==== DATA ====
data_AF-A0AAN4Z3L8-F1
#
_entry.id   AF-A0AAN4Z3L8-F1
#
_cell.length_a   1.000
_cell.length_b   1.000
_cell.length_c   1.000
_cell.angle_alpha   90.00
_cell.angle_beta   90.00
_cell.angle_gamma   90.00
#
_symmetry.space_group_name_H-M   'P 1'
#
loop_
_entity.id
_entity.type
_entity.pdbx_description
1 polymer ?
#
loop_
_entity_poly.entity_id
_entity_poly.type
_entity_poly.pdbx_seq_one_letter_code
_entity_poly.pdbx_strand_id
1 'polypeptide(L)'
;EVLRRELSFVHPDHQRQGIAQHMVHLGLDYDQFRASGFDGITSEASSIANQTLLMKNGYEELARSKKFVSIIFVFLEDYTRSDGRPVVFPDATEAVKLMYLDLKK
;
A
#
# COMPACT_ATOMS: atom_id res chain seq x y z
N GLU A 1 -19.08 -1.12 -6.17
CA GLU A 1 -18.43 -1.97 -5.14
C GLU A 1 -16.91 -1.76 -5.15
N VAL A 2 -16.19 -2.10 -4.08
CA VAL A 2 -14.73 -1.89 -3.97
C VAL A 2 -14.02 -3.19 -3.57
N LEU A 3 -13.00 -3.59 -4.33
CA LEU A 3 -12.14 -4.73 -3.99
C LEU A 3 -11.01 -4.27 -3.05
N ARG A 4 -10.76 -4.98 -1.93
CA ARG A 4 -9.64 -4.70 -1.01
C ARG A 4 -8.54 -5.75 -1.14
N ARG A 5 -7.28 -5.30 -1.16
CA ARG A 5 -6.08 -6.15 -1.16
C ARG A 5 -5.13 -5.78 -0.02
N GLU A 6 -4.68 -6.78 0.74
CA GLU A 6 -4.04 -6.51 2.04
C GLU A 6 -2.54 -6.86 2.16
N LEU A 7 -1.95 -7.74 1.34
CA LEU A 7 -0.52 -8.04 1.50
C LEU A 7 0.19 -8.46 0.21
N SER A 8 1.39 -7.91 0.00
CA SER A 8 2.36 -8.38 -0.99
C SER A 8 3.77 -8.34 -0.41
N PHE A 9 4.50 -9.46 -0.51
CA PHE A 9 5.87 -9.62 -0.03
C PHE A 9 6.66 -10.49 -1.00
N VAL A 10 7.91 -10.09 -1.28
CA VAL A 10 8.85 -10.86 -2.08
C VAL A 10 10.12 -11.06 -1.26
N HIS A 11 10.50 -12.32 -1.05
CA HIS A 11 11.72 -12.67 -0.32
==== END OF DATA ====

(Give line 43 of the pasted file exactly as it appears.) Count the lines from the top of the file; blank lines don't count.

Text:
N ARG A 5 -7.28 -5.30 -1.16